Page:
Source: Huffington Post
With: Mike Ragogna
Mike Ragogna: William Shatner! May I call you Bill?
William Shatner: Yeah, can I call you Mikey?
MR: Uh… Bill! How are you doing, man?
WS: I’m really good, thank you. Yourself?
MR: Very well, thanks. So William Shatner’s no stranger to making albums, but this album seems to be a very prog-rocky, introspective album. So, this was the musical backdrop that was able to bring out the introspection you needed within your lyrics.
WS: Exactly, it’s an extraordinary marriage between a music prodigy, Billy Sherwood and myself, who has been struggling to write something usable all my life.
MR: What began the process?
WS: The label, Cleopatra, for whom I did a previous album called Seeking Major Tom, asked me to do another album and I’m in love with making music like my puppies are in love with pillows, which they tear up. I just tear things up musically and wonder what I’ve done. I jumped at the chance to make another album and when he asked me what would I do, I had a creative surge and said, “I’ll write about a guy on a beach who’s in despair and it’s an hour before sunset and through the progression of time and light, he understands the beauty of the world around him and regains his joy.” Although, you the listener of the album might not understand, what I’ve done for me, it gave me a scenario, if you will, to write these scenes, which became songs.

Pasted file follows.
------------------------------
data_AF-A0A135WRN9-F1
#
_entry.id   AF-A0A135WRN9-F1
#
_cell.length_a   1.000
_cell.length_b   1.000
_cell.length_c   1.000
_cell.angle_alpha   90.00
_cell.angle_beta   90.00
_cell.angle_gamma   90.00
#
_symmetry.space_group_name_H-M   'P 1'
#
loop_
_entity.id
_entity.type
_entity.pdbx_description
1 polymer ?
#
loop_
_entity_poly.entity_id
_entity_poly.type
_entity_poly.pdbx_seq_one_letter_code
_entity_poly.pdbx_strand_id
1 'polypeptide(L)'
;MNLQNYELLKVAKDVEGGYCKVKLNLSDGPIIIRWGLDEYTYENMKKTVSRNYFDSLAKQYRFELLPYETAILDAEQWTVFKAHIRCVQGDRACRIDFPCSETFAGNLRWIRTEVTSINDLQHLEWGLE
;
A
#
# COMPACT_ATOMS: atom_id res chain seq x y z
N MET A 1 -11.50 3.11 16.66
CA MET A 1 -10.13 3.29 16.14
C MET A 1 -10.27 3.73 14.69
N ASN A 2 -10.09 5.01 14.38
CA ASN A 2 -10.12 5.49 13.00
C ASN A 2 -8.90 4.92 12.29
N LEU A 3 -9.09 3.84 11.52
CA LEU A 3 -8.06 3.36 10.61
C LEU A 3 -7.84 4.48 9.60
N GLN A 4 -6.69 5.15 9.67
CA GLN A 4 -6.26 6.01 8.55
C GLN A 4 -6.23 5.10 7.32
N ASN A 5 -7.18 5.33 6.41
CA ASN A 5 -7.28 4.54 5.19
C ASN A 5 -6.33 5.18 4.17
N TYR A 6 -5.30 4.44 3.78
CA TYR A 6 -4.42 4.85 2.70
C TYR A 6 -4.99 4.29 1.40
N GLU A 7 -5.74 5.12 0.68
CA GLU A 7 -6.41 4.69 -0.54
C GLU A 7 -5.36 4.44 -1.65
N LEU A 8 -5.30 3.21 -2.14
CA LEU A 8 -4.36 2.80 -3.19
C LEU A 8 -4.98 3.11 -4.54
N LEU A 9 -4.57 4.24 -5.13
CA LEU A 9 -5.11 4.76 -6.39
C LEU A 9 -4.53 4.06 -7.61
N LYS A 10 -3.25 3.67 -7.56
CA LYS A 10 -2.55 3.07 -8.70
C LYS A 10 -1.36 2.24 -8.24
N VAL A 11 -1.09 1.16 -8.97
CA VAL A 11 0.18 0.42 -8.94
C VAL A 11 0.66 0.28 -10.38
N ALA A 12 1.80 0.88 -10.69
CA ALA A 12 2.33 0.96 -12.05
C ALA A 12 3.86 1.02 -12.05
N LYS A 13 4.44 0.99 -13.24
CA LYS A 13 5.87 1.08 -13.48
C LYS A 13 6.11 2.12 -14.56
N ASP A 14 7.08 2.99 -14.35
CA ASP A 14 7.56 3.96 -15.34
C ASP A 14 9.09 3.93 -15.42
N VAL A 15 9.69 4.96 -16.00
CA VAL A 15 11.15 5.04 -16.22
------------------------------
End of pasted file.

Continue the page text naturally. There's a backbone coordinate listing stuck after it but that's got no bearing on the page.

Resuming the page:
MR: And it isn’t just having snapshots of this character along the way, this character goes through an evolution by the end.
WS: That’s exactly right. That’s what I’m saying. He evolves, as we all have at one time or another, from looking around and saying, “What the f**k are the polititians doing? Why are we destroying the world? What’s going to happen when the seas rise? What’s going to happen when I die?” If we’re conscious, we’re all varying between optimism and pessimism all the time. That’s what’s happening here and I was able to write about it poetically and have a genius like Billy Sherwood put my words to music.